- The Washington Times - Thursday, July 1, 2004

Oliver North’s rousing speech at this week’s Congressional Medal of Honor Society Golf Classic would have left paunchy provocateur Michael Moore speechless.

Mr. Moore’s incendiary hit “Fahrenheit 9/11” plays up the U.S. military’s inexcusable behavior in the Abu Ghraib prison scandal and otherwise paints its mission as immoral.

Mr. North knows better.

The retired Marine lieutenant colonel and combat veteran, who spends countless hours with those serving in the U.S. military and routinely serves as an embedded reporter for Fox News, said the soldiers he knows are selfless, brave and representative of their nation.

“Nearly all of [the honorees] received their medal trying to save the lives of others,” he said Monday at the Lansdowne Resort in Leesburg, Va.

Veterans from past military conflicts gathered for golf, good times and poignant remembrances at the second annual gala, which raised more than $100,000 for Congressional Medal of Honor Society efforts to protect the honor and dignity of the medal (exposing false claimants, preventing unauthorized use, etc.).

The medal, dating back to 1864, is the nation’s highest military award. Just 131 of the 3,459 recipients are still alive. The event paid tribute to 15 of them: one from the Korean War, 10 from Vietnam and four from World War II, including Walter Ehlers, a former staff sergeant with the U.S. Army and the sole living Medal of Honor recipient from the D-Day invasion.

In his keynote address, Mr. North was contemptuous of press accounts that imply the soldiers are uneducated or otherwise unworthy of the nation’s trust.

What other group would voluntarily risk their lives to free a people suffering for nearly 30 years of despotic rule without asking anything in return, he asked.

The people those troops have freed know the score, he said, his voice brimming with conviction. “Most of my colleagues seemed to have missed the affection the Iraqis have for our soldiers.”

The all-day event packed plenty of emotional moments, but it also let the veterans unwind with a few rounds of golf, played on an uncommonly gorgeous June day. PGA golf pro Dave Stockton Sr. helped those whose golf swings needed a tweak and promised to return next year — along with some fellow PGA golfers — to do the same.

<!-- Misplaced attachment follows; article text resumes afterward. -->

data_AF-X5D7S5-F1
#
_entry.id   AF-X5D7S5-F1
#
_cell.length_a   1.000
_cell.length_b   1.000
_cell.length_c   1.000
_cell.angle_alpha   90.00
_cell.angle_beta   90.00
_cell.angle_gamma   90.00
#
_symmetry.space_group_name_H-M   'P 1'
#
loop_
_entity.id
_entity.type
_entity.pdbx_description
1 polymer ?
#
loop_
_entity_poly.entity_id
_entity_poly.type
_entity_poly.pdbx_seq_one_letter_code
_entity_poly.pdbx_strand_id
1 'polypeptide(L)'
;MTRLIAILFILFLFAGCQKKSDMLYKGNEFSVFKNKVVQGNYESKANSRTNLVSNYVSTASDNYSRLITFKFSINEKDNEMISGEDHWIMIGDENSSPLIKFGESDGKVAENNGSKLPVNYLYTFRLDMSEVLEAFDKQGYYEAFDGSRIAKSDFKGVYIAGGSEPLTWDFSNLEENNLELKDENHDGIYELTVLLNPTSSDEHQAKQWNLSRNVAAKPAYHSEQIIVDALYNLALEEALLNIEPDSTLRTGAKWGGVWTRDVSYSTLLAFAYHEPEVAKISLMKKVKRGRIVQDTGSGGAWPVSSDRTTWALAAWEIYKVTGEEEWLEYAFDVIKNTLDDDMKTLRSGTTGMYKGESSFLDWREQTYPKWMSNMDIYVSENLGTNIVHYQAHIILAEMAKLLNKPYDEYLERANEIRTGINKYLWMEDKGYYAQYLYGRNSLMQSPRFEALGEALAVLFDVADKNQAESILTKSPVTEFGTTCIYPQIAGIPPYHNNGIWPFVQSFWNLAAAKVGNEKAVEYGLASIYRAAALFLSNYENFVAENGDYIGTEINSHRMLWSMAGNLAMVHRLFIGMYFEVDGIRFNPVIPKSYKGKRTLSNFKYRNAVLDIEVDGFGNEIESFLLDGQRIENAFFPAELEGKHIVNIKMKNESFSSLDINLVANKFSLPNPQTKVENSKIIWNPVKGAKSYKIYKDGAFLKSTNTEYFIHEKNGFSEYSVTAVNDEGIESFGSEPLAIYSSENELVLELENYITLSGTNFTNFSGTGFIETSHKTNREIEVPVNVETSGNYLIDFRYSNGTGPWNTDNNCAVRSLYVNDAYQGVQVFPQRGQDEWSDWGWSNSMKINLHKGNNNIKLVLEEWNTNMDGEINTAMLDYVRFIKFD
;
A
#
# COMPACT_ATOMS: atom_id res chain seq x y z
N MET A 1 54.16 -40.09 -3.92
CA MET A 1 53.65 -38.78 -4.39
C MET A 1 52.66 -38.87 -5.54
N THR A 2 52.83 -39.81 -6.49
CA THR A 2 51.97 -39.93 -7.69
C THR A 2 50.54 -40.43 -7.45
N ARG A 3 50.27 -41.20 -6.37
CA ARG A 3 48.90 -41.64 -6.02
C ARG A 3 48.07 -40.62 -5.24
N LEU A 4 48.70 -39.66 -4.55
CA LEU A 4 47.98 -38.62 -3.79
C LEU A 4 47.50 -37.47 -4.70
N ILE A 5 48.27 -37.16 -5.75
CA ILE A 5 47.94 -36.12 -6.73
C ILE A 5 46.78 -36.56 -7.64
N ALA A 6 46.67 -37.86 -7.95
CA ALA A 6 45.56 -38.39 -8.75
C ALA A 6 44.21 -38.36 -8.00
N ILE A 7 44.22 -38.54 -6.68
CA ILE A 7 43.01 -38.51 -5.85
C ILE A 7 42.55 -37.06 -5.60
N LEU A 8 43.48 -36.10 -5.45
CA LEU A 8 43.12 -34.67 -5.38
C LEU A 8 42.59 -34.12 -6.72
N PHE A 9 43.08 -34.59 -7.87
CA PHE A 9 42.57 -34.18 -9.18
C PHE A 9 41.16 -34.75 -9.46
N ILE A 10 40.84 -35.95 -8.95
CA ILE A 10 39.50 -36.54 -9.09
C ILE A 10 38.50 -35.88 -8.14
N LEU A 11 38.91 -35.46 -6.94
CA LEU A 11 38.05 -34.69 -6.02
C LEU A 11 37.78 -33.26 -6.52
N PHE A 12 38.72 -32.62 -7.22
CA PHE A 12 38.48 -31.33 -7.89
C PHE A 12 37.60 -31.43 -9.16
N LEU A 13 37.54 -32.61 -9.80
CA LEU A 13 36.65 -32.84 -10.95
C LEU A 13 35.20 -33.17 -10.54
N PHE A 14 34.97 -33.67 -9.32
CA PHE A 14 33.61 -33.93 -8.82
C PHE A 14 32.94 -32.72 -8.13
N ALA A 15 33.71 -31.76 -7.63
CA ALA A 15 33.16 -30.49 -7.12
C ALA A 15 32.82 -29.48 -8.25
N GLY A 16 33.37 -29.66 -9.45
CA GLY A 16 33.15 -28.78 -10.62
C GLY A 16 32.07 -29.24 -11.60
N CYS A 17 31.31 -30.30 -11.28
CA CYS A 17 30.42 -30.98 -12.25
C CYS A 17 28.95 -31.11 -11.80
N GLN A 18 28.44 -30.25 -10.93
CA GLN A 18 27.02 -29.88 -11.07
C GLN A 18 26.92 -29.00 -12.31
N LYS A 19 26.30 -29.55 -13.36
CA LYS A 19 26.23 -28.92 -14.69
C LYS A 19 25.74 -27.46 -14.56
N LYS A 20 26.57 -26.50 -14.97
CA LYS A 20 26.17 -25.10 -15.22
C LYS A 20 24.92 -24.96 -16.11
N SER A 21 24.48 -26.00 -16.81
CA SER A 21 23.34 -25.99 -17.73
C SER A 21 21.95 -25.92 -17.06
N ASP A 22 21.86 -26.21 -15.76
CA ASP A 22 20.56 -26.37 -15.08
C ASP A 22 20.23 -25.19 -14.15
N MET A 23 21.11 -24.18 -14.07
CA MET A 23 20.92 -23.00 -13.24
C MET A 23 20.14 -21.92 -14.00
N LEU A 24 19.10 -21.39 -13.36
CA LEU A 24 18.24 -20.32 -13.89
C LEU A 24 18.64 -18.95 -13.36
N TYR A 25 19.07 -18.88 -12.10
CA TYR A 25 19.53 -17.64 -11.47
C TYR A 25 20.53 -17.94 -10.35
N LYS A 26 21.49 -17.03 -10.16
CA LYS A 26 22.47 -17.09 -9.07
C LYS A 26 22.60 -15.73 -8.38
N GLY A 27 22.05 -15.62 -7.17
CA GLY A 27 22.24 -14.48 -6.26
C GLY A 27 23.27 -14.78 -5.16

The pre-dinner cocktail reception featured about 50 Iraq war combat veterans transported from Walter Reed Army Medical Center and the National Naval Medical Center in Bethesda for the event. Some wore eye patches; a few limped on wounded legs.

The soldiers chatted with the older veterans from previous wars, bending closer to their elders to hear the tales.

Sgt. John Boismier of Detroit echoed Mr. North’s frustration over the media’s saturation coverage of the Abu Ghraib scandal.

“It’s a small minority of troops,” said Sgt. Boismier, who will be returning to Iraq in the coming weeks.

“People should know more of the everyday sacrifices of the soldiers,” the sergeant added. “They’re giving up so much, but they’re not focusing on that.”

Mr. Moore’s inflammatory film might show servicemen and women speaking out against the war, but the sergeant said his peers don’t see it that way.

“Soldiers aren’t necessarily for or against the war, we’re just doing what we’re told to do,” he said.

Col. H.C. “Barney” Barnum, who served with distinction in the Vietnam War, said he and his fellow soldiers fought so that Americans could speak out about their country, but a few take the dialogues to the extreme.

“Some people don’t realize freedom isn’t free,” he said. “Some of the comments being made are almost treasonous.”

Actor Stephen Lang (“Gods and Generals”) said matching medal recipients with golf is a simple but fitting touch, given the modest mien of the honorees.

“The game of golf teaches humility in a big way,” Mr. Lang observed.

Medal of Honor recipient Alfred Rascon, an Army specialist who has served in Vietnam, Afghanistan and Iraq, said there’s a good reason why his fellow recipients remain humble.

“It’s not yours,” Mr. Rascon said of the medal. “It’s on behalf of those with you in the service.”

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